Apple alumni and how they went on to change the world

“Apple Inc. co-founder Steve Jobs will be remembered for many things, including his ability to find and work with smart, extremely talented people,” Connie Guglielmo reports for Forbes.

“While many of those people have remained loyal to the company — most of the executive team, or ET, at Apple is made of up men who have been with the company a decade or more, including current CEO Tim Cook – some have left and taken on new challenges,” Guglielmo reports. “Here’s a look at some of the most notable Apple alumni – and what they’re up to today.”

• Andy Hertzfeld
• Avie Tevanian
• Bill Atkinson
• Burrell Smith
• Clement Mok
• Donna Dubinsky
• Fred Anderson
• Gil Amelio
• Guy Kawasaki
• Heidi Roizen
• Jean-Louis Gassee
• Joanna Hoffmann
• John Sculley
• Jon Rubinstein
• Marc Benioff
• Michael Spindler
• Mike Markkula
• Reid Hoffman
• Ron Johnson
• Susan Kare
• Tony Fadell
• Jef Raskin
• Steve Wozniak
• Andy Rubin
• Dave Morin
• Alan Kay
• Queen Raina
• Bill Campbell

Full article here.


  1. Steven Jobs personally participated in job interviews of more than five thousand (!) people.

    And, yes, it some whom he later considered to be “mistakes” — like John Scully — went to change the world.

    Scully is responsible for two of the biggest three CPU architectures in the world — ARM and PowerPC. Both used in combined quantity over billion devices. Apple under Scully found desktop RISC CPU called Acorn to scale it down to mobile and make ARM of it. And Apple went to scale down workstation class Power CPU from IBM to create desktop PowerPC architecture.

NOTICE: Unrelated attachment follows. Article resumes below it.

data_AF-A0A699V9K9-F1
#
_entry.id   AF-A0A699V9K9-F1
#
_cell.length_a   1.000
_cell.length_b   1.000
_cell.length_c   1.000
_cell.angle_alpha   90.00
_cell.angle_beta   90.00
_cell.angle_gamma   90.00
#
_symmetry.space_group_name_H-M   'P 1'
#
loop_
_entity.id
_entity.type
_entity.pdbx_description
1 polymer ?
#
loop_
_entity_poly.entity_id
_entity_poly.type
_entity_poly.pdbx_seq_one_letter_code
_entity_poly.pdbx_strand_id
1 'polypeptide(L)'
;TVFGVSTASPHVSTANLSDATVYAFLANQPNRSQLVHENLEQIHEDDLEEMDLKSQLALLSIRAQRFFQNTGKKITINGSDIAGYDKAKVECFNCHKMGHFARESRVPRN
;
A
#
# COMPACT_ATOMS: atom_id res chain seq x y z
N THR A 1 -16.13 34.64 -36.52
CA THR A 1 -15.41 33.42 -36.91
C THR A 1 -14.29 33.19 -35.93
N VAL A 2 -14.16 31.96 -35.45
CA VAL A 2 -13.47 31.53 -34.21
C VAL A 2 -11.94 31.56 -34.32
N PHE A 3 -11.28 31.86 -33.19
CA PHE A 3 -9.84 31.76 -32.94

In this aspect, Steven Jobs would probably do the same thing as Scully, if he was not ousted from Apple.

    1. uh, you forgot to mention this,DeRS:

      ’s board had tolerated Sculley because he had consistently delivered on his predictions, but his luck was about to run out.

      Sculley had assured the board that Apple would continue growing. The company’s stock price had neared $70 in the middle of 1992, but it was in sharp decline. By the first quarter of 1993, Apple had posted a profit of $4.6 million, a fraction of what the company had earned the year before. The stock lost almost two-thirds of its value in just a few weeks.

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